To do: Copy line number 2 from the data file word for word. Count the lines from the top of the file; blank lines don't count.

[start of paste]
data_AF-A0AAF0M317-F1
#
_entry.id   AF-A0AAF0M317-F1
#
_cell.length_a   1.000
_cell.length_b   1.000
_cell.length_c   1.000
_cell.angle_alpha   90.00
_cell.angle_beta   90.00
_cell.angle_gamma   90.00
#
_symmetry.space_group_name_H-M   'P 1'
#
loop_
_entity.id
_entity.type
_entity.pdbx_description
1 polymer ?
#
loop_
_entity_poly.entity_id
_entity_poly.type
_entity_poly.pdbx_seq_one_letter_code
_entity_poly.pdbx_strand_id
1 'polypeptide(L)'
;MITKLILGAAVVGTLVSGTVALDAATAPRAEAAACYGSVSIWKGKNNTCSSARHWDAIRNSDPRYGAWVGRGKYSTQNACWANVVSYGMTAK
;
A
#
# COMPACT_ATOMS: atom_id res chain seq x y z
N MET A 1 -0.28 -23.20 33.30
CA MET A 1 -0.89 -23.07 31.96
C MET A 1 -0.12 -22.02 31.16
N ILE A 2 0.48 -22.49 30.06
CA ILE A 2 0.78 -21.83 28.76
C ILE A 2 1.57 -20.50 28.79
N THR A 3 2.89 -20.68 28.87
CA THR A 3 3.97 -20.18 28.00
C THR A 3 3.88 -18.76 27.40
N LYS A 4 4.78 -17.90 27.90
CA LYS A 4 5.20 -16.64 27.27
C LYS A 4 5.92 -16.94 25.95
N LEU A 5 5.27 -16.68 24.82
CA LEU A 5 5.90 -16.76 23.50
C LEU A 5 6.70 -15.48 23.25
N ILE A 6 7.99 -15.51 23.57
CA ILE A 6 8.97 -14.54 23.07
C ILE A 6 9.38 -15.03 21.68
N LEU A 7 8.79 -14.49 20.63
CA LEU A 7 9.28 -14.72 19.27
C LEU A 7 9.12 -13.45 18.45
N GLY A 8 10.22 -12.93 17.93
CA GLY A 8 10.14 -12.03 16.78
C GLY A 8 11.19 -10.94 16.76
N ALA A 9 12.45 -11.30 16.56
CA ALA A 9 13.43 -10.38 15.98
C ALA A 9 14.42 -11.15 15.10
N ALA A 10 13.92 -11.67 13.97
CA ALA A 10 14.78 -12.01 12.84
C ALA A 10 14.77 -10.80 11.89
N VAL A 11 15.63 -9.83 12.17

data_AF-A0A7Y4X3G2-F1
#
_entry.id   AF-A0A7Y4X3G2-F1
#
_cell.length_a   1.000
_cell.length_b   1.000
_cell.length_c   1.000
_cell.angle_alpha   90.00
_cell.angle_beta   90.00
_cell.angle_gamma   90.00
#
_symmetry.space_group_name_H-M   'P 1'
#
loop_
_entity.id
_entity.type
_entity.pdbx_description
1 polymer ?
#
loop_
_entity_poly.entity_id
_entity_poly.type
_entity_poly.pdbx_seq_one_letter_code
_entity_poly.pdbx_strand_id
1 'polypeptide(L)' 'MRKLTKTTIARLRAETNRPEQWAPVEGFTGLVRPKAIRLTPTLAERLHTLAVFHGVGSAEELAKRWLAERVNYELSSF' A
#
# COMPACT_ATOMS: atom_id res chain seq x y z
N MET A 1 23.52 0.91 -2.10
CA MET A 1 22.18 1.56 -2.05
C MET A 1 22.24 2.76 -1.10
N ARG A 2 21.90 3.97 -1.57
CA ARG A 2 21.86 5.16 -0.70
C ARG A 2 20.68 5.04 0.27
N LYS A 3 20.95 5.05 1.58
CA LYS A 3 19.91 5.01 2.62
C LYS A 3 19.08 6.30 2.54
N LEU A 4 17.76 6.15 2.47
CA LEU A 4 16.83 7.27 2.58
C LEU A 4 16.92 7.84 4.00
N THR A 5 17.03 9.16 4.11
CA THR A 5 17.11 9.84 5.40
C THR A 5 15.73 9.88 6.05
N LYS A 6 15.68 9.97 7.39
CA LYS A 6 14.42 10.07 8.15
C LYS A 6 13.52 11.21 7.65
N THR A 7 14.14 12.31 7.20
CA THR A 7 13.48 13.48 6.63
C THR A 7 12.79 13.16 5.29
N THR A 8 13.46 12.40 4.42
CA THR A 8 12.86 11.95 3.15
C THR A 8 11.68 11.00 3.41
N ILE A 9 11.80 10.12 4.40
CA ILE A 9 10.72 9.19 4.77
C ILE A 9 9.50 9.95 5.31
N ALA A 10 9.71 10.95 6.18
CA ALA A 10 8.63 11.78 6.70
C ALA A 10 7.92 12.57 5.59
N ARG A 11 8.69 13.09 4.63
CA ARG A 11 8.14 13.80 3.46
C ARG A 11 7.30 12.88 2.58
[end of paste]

#